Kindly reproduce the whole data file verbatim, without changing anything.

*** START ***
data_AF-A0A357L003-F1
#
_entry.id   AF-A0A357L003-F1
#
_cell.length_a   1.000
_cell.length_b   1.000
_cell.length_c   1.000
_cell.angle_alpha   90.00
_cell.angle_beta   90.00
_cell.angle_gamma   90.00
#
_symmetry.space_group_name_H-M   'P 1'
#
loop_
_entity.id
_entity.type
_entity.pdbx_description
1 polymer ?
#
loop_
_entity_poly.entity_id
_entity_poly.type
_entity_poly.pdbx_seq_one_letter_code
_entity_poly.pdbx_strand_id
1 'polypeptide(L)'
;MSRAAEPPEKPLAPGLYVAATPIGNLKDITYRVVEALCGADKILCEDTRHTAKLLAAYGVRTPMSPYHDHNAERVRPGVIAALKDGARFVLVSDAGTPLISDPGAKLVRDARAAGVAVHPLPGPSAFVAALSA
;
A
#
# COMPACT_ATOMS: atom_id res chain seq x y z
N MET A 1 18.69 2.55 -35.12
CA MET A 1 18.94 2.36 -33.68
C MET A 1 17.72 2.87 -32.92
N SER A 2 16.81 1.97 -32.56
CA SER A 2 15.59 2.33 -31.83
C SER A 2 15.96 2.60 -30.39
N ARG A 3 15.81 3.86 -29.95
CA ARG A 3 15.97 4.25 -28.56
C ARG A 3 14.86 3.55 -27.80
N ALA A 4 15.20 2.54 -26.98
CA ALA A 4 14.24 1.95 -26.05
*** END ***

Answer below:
data_AF-A0A357L003-F1
#
_entry.id   AF-A0A357L003-F1
#
_cell.length_a   1.000
_cell.length_b   1.000
_cell.length_c   1.000
_cell.angle_alpha   90.00
_cell.angle_beta   90.00
_cell.angle_gamma   90.00
#
_symmetry.space_group_name_H-M   'P 1'
#
loop_
_entity.id
_entity.type
_entity.pdbx_description
1 polymer ?
#
loop_
_entity_poly.entity_id
_entity_poly.type
_entity_poly.pdbx_seq_one_letter_code
_entity_poly.pdbx_strand_id
1 'polypeptide(L)'
;MSRAAEPPEKPLAPGLYVAATPIGNLKDITYRVVEALCGADKILCEDTRHTAKLLAAYGVRTPMSPYHDHNAERVRPGVIAALKDGARFVLVSDAGTPLISDPGAKLVRDARAAGVAVHPLPGPSAFVAALSA
;
A
#
# COMPACT_ATOMS: atom_id res chain seq x y z
N MET A 1 18.69 2.55 -35.12
CA MET A 1 18.94 2.36 -33.68
C MET A 1 17.72 2.87 -32.92
N SER A 2 16.81 1.97 -32.56
CA SER A 2 15.59 2.33 -31.83
C SER A 2 15.96 2.60 -30.39
N ARG A 3 15.81 3.86 -29.95
CA ARG A 3 15.97 4.25 -28.56
C ARG A 3 14.86 3.55 -27.80
N ALA A 4 15.20 2.54 -26.98
CA ALA A 4 14.24 1.95 -26.05